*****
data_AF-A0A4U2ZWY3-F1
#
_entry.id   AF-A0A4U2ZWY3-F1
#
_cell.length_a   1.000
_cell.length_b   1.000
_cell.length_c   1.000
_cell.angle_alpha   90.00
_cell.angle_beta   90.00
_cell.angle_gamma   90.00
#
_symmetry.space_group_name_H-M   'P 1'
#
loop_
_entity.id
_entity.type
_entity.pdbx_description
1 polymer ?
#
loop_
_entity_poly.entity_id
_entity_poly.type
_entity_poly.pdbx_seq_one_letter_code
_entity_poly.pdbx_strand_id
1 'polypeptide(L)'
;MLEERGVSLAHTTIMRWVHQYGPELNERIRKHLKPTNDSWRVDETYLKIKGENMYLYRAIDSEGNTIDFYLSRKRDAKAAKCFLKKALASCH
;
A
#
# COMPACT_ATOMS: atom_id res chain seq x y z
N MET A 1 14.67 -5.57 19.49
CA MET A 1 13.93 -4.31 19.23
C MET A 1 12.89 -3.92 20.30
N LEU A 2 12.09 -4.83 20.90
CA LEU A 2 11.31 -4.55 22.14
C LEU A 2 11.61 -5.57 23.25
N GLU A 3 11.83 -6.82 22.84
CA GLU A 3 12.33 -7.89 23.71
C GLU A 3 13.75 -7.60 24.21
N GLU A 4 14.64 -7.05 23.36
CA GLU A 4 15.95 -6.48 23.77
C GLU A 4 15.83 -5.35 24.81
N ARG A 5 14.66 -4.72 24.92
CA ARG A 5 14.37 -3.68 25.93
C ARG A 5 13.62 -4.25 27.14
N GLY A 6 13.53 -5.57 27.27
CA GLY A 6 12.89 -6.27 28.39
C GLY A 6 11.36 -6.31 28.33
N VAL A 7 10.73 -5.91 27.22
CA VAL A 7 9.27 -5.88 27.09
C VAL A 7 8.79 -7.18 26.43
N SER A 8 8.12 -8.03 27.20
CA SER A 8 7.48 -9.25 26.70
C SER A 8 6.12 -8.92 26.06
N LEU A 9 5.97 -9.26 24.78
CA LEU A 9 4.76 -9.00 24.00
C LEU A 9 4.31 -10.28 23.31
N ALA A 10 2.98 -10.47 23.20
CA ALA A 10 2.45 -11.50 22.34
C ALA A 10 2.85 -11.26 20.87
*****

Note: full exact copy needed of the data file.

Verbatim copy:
data_AF-A0A4U2ZWY3-F1
#
_entry.id   AF-A0A4U2ZWY3-F1
#
_cell.length_a   1.000
_cell.length_b   1.000
_cell.length_c   1.000
_cell.angle_alpha   90.00
_cell.angle_beta   90.00
_cell.angle_gamma   90.00
#
_symmetry.space_group_name_H-M   'P 1'
#
loop_
_entity.id
_entity.type
_entity.pdbx_description
1 polymer ?
#
loop_
_entity_poly.entity_id
_entity_poly.type
_entity_poly.pdbx_seq_one_letter_code
_entity_poly.pdbx_strand_id
1 'polypeptide(L)'
;MLEERGVSLAHTTIMRWVHQYGPELNERIRKHLKPTNDSWRVDETYLKIKGENMYLYRAIDSEGNTIDFYLSRKRDAKAAKCFLKKALASCH
;
A
#
# COMPACT_ATOMS: atom_id res chain seq x y z
N MET A 1 14.67 -5.57 19.49
CA MET A 1 13.93 -4.31 19.23
C MET A 1 12.89 -3.92 20.30
N LEU A 2 12.09 -4.83 20.90
CA LEU A 2 11.31 -4.55 22.14
C LEU A 2 11.61 -5.57 23.25
N GLU A 3 11.83 -6.82 22.84
CA GLU A 3 12.33 -7.89 23.71
C GLU A 3 13.75 -7.60 24.21
N GLU A 4 14.64 -7.05 23.36
CA GLU A 4 15.95 -6.48 23.77
C GLU A 4 15.83 -5.35 24.81
N ARG A 5 14.66 -4.72 24.92
CA ARG A 5 14.37 -3.68 25.93
C ARG A 5 13.62 -4.25 27.14
N GLY A 6 13.53 -5.57 27.27
CA GLY A 6 12.89 -6.27 28.39
C GLY A 6 11.36 -6.31 28.33
N VAL A 7 10.73 -5.91 27.22
CA VAL A 7 9.27 -5.88 27.09
C VAL A 7 8.79 -7.18 26.43
N SER A 8 8.12 -8.03 27.20
CA SER A 8 7.48 -9.25 26.70
C SER A 8 6.12 -8.92 26.06
N LEU A 9 5.97 -9.26 24.78
CA LEU A 9 4.76 -9.00 24.00
C LEU A 9 4.31 -10.28 23.31
N ALA A 10 2.98 -10.47 23.20
CA ALA A 10 2.45 -11.50 22.34
C ALA A 10 2.85 -11.26 20.87